American Horror Story
Season 5, Episode 7 - "Flicker"
Lady Gaga, Kathy Bates, Wes Bentley, Matt Bomer, Chloe Sevigny
Regular airtime: Wednesdays, 10pm
US: 18 Nov 2015
Rudolph Valentino and the eternal beauty of Hollywood’s Silent Age humping vampires (humpires).
One would think getting some answers in an American Horror Story season would be as elusive as sighting in real life any number of the mythical monsters the show portrays, but here’s lucky episode seven to disprove that. “Flicker” shows the mama monster’s very own origin story, shedding new light on the mother issues of the house (hotel) mother, the Countess (Lady Gaga).
Renovations are underway at the Hotel Cortez as fashion monger/the Countess’s fiancé Will Drake (Cheyenne Jackson) readies his new atelier. Workers come across a sealed doorway and Drake pushes them to knock it down and carry on with their work. Upon breaking in, two crazed zombie things violently come roaring forward and rip out the workers’ throats. Oh, good. More creatures. But wait! Let’s talk about the Countess a bit.
First of all, she’s not as old and worldly as we were led to believe. In 1925, bright-eyed and bushy-tailed Bensonhurst bimbo Elizabeth comes to Hollywood to make it as an actress, and falls in love with the big, bad, seducing screen star. So the Countess’s Madonna-trying-to-do-a-British-accent accent is all smoke and mirrors, although it does lend accuracy to the fact that it changes with every word out of her mouth. Rudolph Valentino is the movie star in question and portrayed by Finn Wittrock (in all his dopey model of getting killed by the Countess last week glory), which sheds light on why she took such a shine to Donovan’s (Matt Bomer) successor. Although beautiful and eerily similar to the original, American Horror Story’s Valentino has a worse Italian accent than either of the Super Mario brothers. Wittrock may have been a little out of his depth here, but watching him and his wife Natacha Rambova (Alexandra Daddario) flounce and pout in all the 1920’s glamour is so lush and glorious, it doesn’t matter. Like gorging oneself on rich desserts. Eye-candy!
Valentino and Rambova are secret vampires who enlist Elizabeth as their little toy “mouse”. (Cue incredibly pale bodies writhing in a threesome.) When Valentino dies, Elizabeth is swept up in the female hysteria that hit all his fans and tries to kill herself. Luckily, super-rich businessman James Patrick March (Evan Peters) is there to save her life and wife her. (Feminism came a little late for the Countess, it seems.) Of course, the plot twist is that Valentino is not dead, and he and Rambova want to make Elizabeth into the be-yoo-tiful vampire they believe she can be. She agrees. Too bad March overhears and gets a little jealous. So he bricks the Hollywood couple into a secret passage way in his hotel, doubly secured with steel doors. Harsh, but he did build the hotel for Elizabeth and she was just about to throw it all away in order to make the beast with three backs with someone who would’ve probably been laughed out of Hollywood when the talkies came!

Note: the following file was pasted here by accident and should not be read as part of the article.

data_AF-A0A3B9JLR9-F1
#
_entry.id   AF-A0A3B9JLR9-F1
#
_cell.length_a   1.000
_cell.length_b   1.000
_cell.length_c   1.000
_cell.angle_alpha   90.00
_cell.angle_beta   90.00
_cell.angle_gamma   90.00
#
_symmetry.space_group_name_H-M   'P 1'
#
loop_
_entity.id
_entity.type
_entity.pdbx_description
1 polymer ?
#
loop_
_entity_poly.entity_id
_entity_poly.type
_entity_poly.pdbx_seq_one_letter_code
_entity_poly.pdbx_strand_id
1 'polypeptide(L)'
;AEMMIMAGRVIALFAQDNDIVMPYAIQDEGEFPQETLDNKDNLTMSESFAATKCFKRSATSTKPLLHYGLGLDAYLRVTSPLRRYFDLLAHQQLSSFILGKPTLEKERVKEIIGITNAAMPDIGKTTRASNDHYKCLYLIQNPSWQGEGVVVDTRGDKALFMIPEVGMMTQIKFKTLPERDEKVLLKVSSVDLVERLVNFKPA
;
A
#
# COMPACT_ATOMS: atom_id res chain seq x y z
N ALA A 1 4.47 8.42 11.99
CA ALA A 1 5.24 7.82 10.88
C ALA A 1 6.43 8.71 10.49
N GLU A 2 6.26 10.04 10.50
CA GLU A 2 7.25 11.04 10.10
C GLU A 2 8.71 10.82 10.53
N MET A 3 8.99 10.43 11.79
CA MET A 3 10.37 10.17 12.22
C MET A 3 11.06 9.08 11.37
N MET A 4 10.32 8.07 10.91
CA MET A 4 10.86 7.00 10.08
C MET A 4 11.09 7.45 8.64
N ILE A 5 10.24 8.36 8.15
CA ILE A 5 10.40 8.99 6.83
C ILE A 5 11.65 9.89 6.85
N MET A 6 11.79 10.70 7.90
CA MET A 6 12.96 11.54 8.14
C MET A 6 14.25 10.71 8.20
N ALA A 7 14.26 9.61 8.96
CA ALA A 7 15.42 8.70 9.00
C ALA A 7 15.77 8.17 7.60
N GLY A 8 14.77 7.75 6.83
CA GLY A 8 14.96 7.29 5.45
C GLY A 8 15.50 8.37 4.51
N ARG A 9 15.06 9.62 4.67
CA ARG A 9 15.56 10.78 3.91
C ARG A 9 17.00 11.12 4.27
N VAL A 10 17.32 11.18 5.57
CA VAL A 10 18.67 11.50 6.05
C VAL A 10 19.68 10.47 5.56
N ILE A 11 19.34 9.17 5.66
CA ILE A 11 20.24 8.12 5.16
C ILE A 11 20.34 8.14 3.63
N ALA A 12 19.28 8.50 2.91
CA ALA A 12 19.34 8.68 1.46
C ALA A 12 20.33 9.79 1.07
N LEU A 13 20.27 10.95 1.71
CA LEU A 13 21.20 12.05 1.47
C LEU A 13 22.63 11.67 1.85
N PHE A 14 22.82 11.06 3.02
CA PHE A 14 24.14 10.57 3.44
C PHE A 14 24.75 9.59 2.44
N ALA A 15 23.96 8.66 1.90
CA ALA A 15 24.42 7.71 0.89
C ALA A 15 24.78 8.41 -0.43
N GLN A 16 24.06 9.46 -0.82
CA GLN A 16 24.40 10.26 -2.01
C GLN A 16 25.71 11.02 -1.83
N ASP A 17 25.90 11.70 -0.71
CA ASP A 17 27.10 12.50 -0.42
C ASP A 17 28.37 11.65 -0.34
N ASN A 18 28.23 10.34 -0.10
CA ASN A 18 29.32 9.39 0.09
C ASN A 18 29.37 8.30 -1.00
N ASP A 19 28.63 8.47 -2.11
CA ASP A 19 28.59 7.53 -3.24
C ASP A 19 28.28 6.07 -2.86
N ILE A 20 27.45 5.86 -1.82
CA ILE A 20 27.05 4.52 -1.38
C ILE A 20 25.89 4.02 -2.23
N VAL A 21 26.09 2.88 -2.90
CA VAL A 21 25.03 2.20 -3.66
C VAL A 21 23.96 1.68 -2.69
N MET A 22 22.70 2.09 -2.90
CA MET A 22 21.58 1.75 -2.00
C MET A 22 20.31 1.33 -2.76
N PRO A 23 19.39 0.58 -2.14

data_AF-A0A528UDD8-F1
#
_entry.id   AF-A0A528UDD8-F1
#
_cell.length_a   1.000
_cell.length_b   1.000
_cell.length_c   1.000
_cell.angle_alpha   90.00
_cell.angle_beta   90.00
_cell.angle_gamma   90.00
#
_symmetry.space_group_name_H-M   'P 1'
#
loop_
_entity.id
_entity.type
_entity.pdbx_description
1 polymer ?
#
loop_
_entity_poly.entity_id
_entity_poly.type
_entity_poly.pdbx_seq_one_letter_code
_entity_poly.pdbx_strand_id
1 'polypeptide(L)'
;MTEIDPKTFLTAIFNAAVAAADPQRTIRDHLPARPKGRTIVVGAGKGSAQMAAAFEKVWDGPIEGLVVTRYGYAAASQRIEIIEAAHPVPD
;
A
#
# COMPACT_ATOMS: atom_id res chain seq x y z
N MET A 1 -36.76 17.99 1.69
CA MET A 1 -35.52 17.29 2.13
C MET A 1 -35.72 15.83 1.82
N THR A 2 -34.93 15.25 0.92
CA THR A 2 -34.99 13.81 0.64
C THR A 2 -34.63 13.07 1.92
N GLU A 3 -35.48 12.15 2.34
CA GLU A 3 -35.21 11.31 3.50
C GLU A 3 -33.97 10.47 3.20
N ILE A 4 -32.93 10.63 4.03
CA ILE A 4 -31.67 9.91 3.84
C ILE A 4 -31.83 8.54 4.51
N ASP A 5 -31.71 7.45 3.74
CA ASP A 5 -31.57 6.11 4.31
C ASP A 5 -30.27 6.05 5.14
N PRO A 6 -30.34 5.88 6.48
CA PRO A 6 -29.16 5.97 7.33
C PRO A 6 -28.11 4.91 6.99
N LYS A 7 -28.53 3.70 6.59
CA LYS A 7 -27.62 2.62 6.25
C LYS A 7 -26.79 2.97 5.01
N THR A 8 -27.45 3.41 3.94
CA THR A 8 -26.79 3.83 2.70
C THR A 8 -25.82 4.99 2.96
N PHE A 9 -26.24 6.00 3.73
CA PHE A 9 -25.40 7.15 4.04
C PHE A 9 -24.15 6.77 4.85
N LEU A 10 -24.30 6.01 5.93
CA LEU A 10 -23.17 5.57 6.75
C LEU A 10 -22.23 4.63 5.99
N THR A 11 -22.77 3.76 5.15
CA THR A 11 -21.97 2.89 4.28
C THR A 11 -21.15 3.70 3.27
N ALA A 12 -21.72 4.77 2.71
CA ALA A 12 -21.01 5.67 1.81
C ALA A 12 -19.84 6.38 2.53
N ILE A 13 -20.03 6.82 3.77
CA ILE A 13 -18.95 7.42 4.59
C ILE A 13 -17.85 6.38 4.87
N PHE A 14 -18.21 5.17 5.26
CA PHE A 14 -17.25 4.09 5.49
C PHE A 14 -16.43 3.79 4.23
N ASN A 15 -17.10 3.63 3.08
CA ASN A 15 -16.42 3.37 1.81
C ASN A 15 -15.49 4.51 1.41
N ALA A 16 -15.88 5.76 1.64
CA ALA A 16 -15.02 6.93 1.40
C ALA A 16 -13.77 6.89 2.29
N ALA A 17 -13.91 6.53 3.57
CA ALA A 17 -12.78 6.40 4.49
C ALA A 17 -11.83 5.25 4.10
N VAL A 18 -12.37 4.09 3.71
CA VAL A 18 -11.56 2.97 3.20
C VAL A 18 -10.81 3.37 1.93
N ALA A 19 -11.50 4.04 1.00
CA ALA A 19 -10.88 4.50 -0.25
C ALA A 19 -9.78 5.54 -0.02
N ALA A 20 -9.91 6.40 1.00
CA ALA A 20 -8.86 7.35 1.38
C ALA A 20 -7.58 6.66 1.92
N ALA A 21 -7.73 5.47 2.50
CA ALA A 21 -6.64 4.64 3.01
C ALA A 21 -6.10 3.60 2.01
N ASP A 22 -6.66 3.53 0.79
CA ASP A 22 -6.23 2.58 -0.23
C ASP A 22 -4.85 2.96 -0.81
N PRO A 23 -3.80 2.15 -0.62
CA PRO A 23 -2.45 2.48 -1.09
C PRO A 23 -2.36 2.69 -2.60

March and the Countess enjoy dinner once a month despite their respective deaths and undeaths. It is during one such meal that March reveals what he did 90 years ago when then-Elizabeth believed her vamparents had abandoned her. Now Valentino and Rambova are out and ready to take the world by storm as they had originally planned. You’d think after that long without nourishment they’d take the time to savor the blood instead of spewing it everywhere. Never mind, at least they’re also vampires, not new creatures for the story to contend with, and the Countess is scared for the first time in her life. The ascent to the season finale climax has officially started.
Oh, and Detective Lowe (Wes Bentley) also does some stuff, including breaking into an asylum to bust out an underage girl because she’s been helping the Commandments Killer. Yes, that tired storyline. The little girl is a vampire (Countess turned her in the 1980s while she was dressed as blonde Cher), and promises to help Lowe, but then she gets hit by a bus (as one does) and so on. Who honestly cares at this point about him? Mama, don’t let your young ‘uns grow up to be vampires. Actually, do let them, because we want to know what’s going on with the army of bloodsucking kids and what is in store for the Countess now that her two mommies are back. If nothing else, it should be quite the ride.